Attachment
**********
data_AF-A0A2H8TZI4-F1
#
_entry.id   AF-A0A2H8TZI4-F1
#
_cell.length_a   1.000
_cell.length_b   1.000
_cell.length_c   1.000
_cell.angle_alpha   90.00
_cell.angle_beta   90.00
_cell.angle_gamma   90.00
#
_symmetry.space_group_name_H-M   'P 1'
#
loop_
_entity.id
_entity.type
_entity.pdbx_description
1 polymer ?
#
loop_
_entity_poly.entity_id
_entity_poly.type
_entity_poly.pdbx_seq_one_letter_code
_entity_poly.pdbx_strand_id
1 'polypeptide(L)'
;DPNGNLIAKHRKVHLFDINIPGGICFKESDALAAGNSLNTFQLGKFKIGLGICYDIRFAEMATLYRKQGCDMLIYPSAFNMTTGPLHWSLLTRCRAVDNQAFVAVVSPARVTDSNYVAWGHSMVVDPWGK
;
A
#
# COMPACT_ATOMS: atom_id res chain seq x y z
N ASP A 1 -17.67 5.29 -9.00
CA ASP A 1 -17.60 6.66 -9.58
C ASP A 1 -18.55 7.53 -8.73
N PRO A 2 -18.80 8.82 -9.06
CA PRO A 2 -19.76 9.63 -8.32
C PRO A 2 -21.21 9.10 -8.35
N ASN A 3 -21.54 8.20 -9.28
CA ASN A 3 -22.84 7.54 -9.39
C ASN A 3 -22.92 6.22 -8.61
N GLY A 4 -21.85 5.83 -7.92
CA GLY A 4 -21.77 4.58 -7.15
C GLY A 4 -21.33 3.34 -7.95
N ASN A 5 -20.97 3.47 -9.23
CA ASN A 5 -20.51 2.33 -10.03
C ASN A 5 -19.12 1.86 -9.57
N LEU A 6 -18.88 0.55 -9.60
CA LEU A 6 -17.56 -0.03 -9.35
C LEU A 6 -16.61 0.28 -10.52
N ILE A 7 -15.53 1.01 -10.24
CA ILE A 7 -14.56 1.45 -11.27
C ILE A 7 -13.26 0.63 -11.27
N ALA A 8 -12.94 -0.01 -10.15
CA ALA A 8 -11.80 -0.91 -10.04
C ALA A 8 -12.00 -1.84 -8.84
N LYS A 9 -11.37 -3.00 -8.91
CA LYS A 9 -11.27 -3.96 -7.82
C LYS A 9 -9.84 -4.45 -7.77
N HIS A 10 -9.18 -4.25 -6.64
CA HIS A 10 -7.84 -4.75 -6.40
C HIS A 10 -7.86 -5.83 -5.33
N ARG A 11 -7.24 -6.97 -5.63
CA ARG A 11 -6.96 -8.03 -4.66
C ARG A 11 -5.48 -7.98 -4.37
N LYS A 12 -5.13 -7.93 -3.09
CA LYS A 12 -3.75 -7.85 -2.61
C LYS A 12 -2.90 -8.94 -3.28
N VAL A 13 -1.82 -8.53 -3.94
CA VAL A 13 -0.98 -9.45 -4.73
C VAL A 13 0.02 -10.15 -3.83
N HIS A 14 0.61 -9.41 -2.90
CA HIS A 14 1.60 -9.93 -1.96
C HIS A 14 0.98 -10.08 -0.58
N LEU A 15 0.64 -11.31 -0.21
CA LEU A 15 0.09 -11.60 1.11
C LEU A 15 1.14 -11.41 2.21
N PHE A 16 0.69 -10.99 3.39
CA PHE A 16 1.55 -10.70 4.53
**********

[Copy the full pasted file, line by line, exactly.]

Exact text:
data_AF-A0A2H8TZI4-F1
#
_entry.id   AF-A0A2H8TZI4-F1
#
_cell.length_a   1.000
_cell.length_b   1.000
_cell.length_c   1.000
_cell.angle_alpha   90.00
_cell.angle_beta   90.00
_cell.angle_gamma   90.00
#
_symmetry.space_group_name_H-M   'P 1'
#
loop_
_entity.id
_entity.type
_entity.pdbx_description
1 polymer ?
#
loop_
_entity_poly.entity_id
_entity_poly.type
_entity_poly.pdbx_seq_one_letter_code
_entity_poly.pdbx_strand_id
1 'polypeptide(L)'
;DPNGNLIAKHRKVHLFDINIPGGICFKESDALAAGNSLNTFQLGKFKIGLGICYDIRFAEMATLYRKQGCDMLIYPSAFNMTTGPLHWSLLTRCRAVDNQAFVAVVSPARVTDSNYVAWGHSMVVDPWGK
;
A
#
# COMPACT_ATOMS: atom_id res chain seq x y z
N ASP A 1 -17.67 5.29 -9.00
CA ASP A 1 -17.60 6.66 -9.58
C ASP A 1 -18.55 7.53 -8.73
N PRO A 2 -18.80 8.82 -9.06
CA PRO A 2 -19.76 9.63 -8.32
C PRO A 2 -21.21 9.10 -8.35
N ASN A 3 -21.54 8.20 -9.28
CA ASN A 3 -22.84 7.54 -9.39
C ASN A 3 -22.92 6.22 -8.61
N GLY A 4 -21.85 5.83 -7.92
CA GLY A 4 -21.77 4.58 -7.15
C GLY A 4 -21.33 3.34 -7.95
N ASN A 5 -20.97 3.47 -9.23
CA ASN A 5 -20.51 2.33 -10.03
C ASN A 5 -19.12 1.86 -9.57
N LEU A 6 -18.88 0.55 -9.60
CA LEU A 6 -17.56 -0.03 -9.35
C LEU A 6 -16.61 0.28 -10.52
N ILE A 7 -15.53 1.01 -10.24
CA ILE A 7 -14.56 1.45 -11.27
C ILE A 7 -13.26 0.63 -11.27
N ALA A 8 -12.94 -0.01 -10.15
CA ALA A 8 -11.80 -0.91 -10.04
C ALA A 8 -12.00 -1.84 -8.84
N LYS A 9 -11.37 -3.00 -8.91
CA LYS A 9 -11.27 -3.96 -7.82
C LYS A 9 -9.84 -4.45 -7.77
N HIS A 10 -9.18 -4.25 -6.64
CA HIS A 10 -7.84 -4.75 -6.40
C HIS A 10 -7.86 -5.83 -5.33
N ARG A 11 -7.24 -6.97 -5.63
CA ARG A 11 -6.96 -8.03 -4.66
C ARG A 11 -5.48 -7.98 -4.37
N LYS A 12 -5.13 -7.93 -3.09
CA LYS A 12 -3.75 -7.85 -2.61
C LYS A 12 -2.90 -8.94 -3.28
N VAL A 13 -1.82 -8.53 -3.94
CA VAL A 13 -0.98 -9.45 -4.73
C VAL A 13 0.02 -10.15 -3.83
N HIS A 14 0.61 -9.41 -2.90
CA HIS A 14 1.60 -9.93 -1.96
C HIS A 14 0.98 -10.08 -0.58
N LEU A 15 0.64 -11.31 -0.21
CA LEU A 15 0.09 -11.60 1.11
C LEU A 15 1.14 -11.41 2.21
N PHE A 16 0.69 -10.99 3.39
CA PHE A 16 1.55 -10.70 4.53